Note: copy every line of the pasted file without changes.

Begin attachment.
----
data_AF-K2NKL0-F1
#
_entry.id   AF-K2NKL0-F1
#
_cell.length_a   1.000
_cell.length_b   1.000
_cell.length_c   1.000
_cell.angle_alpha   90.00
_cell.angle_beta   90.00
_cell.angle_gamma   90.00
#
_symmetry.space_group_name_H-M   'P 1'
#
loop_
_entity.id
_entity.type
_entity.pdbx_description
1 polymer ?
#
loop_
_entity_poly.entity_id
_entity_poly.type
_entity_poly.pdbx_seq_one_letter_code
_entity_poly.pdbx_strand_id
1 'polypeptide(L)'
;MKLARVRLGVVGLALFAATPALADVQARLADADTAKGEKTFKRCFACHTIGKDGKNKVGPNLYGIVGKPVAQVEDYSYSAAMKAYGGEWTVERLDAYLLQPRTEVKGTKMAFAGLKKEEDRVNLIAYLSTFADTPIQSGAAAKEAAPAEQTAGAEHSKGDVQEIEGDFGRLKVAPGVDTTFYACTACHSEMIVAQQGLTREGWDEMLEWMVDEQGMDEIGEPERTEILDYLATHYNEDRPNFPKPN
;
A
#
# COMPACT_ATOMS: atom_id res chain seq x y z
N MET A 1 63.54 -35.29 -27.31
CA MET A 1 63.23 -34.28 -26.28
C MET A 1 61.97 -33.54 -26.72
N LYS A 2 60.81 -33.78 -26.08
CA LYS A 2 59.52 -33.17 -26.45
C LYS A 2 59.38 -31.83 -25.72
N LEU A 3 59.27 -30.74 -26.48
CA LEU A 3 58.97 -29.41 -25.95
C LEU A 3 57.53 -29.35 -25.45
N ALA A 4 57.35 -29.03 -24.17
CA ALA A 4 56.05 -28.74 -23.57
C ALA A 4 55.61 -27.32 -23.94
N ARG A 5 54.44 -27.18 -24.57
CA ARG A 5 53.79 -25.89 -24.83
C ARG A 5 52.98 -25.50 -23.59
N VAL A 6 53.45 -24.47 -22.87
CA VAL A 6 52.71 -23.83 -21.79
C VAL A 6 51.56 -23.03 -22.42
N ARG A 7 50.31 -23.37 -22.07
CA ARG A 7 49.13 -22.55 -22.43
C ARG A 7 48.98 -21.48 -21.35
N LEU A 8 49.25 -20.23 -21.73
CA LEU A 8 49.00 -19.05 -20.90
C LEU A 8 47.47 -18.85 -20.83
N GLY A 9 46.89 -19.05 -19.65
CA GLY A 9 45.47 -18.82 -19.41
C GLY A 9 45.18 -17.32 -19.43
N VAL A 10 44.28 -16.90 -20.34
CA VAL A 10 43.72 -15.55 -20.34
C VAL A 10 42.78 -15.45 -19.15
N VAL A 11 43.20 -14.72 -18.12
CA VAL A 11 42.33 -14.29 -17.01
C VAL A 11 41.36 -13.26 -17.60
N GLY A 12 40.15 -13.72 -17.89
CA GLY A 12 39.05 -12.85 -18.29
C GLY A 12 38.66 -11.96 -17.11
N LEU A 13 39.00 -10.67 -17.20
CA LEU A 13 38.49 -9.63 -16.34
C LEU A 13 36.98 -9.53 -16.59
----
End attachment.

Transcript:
data_AF-K2NKL0-F1
#
_entry.id   AF-K2NKL0-F1
#
_cell.length_a   1.000
_cell.length_b   1.000
_cell.length_c   1.000
_cell.angle_alpha   90.00
_cell.angle_beta   90.00
_cell.angle_gamma   90.00
#
_symmetry.space_group_name_H-M   'P 1'
#
loop_
_entity.id
_entity.type
_entity.pdbx_description
1 polymer ?
#
loop_
_entity_poly.entity_id
_entity_poly.type
_entity_poly.pdbx_seq_one_letter_code
_entity_poly.pdbx_strand_id
1 'polypeptide(L)'
;MKLARVRLGVVGLALFAATPALADVQARLADADTAKGEKTFKRCFACHTIGKDGKNKVGPNLYGIVGKPVAQVEDYSYSAAMKAYGGEWTVERLDAYLLQPRTEVKGTKMAFAGLKKEEDRVNLIAYLSTFADTPIQSGAAAKEAAPAEQTAGAEHSKGDVQEIEGDFGRLKVAPGVDTTFYACTACHSEMIVAQQGLTREGWDEMLEWMVDEQGMDEIGEPERTEILDYLATHYNEDRPNFPKPN
;
A
#
# COMPACT_ATOMS: atom_id res chain seq x y z
N MET A 1 63.54 -35.29 -27.31
CA MET A 1 63.23 -34.28 -26.28
C MET A 1 61.97 -33.54 -26.72
N LYS A 2 60.81 -33.78 -26.08
CA LYS A 2 59.52 -33.17 -26.45
C LYS A 2 59.38 -31.83 -25.72
N LEU A 3 59.27 -30.74 -26.48
CA LEU A 3 58.97 -29.41 -25.95
C LEU A 3 57.53 -29.35 -25.45
N ALA A 4 57.35 -29.03 -24.17
CA ALA A 4 56.05 -28.74 -23.57
C ALA A 4 55.61 -27.32 -23.94
N ARG A 5 54.44 -27.18 -24.57
CA ARG A 5 53.79 -25.89 -24.83
C ARG A 5 52.98 -25.50 -23.59
N VAL A 6 53.45 -24.47 -22.87
CA VAL A 6 52.71 -23.83 -21.79
C VAL A 6 51.56 -23.03 -22.42
N ARG A 7 50.31 -23.37 -22.07
CA ARG A 7 49.13 -22.55 -22.43
C ARG A 7 48.98 -21.48 -21.35
N LEU A 8 49.25 -20.23 -21.73
CA LEU A 8 49.00 -19.05 -20.90
C LEU A 8 47.47 -18.85 -20.83
N GLY A 9 46.89 -19.05 -19.65
CA GLY A 9 45.47 -18.82 -19.41
C GLY A 9 45.18 -17.32 -19.43
N VAL A 10 44.28 -16.90 -20.34
CA VAL A 10 43.72 -15.55 -20.34
C VAL A 10 42.78 -15.45 -19.15
N VAL A 11 43.20 -14.72 -18.12
CA VAL A 11 42.33 -14.29 -17.01
C VAL A 11 41.36 -13.26 -17.60
N GLY A 12 40.15 -13.72 -17.89
CA GLY A 12 39.05 -12.85 -18.29
C GLY A 12 38.66 -11.96 -17.11
N LEU A 13 39.00 -10.67 -17.20
CA LEU A 13 38.49 -9.63 -16.34
C LEU A 13 36.98 -9.53 -16.59